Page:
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Br J Haematol. 1991 Oct;79(2):246-55.

Inherited platelet-storage pool deficiency associated with a high incidence of acute myeloid leukaemia.

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Department of Paediatrics, University of Manitoba, Winnipeg, Canada.


A family with an inherited bleeding disorder extending over four generations, and multiple cases of myeloblastic and myelomonoblastic leukaemia was studied. Ten members of the family had, by history, a haemorrhagic diathesis. There were three documented cases of myeloblastic leukaemia, two documented cases of myelomonoblastic leukaemia and two more cases of leukaemia by history. In four of the cases the bleeding diathesis clearly antedated the leukaemia, in two by many years. The bleeding disorder is characterized by a long bleeding time, abnormal platelet aggregation, low platelet ADP and decreased numbers of platelet dense bodies consistent with a dense granule storage pool deficiency. The number of dense granules was decreased by immunofluorescence employing quinacrine or using an antibody to the dense granule membrane protein, granulophysin, confirming an absolute decrease in dense granule numbers rather than the presence of empty granule sacs. This congenital storage pool deficiency is associated with a high incidence of acute myeloid leukaemia in this family.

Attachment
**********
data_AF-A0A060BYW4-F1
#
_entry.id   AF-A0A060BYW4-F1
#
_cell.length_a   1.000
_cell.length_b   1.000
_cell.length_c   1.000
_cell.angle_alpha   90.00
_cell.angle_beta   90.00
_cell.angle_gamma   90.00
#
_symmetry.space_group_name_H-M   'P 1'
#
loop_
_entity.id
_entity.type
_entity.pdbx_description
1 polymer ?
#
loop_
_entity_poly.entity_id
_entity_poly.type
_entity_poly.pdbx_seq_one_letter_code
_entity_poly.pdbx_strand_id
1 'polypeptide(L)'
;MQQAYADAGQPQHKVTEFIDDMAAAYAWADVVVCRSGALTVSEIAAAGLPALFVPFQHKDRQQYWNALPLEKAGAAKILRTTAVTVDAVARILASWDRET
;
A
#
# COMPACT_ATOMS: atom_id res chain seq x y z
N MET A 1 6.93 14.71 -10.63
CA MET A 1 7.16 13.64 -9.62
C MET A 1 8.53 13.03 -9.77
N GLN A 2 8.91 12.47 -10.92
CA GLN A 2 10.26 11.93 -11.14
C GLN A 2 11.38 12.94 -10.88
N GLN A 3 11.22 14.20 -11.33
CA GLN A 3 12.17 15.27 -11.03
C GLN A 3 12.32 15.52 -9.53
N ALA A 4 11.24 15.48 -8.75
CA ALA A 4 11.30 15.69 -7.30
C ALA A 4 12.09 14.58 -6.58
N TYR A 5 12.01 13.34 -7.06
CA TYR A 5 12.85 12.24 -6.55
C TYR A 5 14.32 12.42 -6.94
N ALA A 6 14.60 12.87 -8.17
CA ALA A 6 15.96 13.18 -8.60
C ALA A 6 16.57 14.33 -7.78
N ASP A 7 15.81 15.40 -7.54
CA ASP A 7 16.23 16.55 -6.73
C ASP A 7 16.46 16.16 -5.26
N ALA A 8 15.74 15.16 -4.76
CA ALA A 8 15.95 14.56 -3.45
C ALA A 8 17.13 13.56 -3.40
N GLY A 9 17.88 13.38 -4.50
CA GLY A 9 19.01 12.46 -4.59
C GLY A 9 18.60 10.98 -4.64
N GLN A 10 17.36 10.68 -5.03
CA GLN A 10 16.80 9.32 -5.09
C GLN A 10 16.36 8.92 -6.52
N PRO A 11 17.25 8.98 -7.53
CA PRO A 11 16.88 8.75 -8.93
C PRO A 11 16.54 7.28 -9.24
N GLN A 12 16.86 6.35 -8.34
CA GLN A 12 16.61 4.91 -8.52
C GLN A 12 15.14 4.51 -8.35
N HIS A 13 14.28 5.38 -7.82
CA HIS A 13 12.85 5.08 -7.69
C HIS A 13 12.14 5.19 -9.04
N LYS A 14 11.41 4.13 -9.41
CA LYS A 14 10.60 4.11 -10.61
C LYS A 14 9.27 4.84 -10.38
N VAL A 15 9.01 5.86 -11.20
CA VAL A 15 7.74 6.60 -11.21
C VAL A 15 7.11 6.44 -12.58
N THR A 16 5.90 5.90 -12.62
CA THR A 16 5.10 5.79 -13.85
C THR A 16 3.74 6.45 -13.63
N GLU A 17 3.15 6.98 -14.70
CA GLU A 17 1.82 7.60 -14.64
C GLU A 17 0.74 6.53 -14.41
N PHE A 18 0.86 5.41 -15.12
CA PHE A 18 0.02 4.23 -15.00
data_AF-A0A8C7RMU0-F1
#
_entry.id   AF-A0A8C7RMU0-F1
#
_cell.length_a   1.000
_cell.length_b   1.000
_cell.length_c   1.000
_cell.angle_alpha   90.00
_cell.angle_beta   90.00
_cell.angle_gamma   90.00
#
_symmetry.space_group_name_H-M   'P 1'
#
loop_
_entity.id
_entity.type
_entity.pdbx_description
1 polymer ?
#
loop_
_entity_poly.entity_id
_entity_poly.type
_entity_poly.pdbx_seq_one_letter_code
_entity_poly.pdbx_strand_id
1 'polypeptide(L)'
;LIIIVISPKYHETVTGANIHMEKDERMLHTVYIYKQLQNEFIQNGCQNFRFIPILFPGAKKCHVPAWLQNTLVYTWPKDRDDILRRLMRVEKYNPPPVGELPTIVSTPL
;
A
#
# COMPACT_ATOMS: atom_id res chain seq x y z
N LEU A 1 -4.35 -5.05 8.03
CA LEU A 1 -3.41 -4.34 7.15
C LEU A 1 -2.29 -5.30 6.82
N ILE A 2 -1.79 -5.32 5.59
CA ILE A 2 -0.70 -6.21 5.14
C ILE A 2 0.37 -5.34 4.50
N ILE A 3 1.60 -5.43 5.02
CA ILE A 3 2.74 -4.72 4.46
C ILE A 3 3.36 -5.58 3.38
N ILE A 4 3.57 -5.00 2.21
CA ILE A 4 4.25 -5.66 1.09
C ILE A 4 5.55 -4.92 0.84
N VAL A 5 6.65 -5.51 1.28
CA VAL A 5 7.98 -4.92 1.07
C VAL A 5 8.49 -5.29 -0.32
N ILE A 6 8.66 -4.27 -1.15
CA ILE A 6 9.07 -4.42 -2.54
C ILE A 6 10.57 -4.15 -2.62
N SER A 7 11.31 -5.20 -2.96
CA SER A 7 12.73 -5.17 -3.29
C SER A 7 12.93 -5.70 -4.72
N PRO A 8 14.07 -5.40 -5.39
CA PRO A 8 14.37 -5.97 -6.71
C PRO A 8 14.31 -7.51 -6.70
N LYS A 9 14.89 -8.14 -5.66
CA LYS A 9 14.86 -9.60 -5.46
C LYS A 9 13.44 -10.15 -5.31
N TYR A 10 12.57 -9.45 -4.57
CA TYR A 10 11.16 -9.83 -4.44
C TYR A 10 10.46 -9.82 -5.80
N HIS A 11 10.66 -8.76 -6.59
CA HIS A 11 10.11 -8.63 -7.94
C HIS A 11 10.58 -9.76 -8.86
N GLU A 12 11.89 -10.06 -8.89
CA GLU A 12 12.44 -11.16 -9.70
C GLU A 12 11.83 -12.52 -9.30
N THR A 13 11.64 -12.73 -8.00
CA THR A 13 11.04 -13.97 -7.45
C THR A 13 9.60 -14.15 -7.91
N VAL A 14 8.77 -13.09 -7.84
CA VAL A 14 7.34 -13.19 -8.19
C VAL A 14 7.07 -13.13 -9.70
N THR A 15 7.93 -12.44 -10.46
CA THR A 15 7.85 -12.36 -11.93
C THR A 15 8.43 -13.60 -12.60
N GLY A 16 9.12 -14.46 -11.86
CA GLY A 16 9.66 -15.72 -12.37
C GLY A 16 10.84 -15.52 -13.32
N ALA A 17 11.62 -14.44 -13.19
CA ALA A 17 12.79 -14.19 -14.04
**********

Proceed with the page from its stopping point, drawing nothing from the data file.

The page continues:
[Indexed for MEDLINE]

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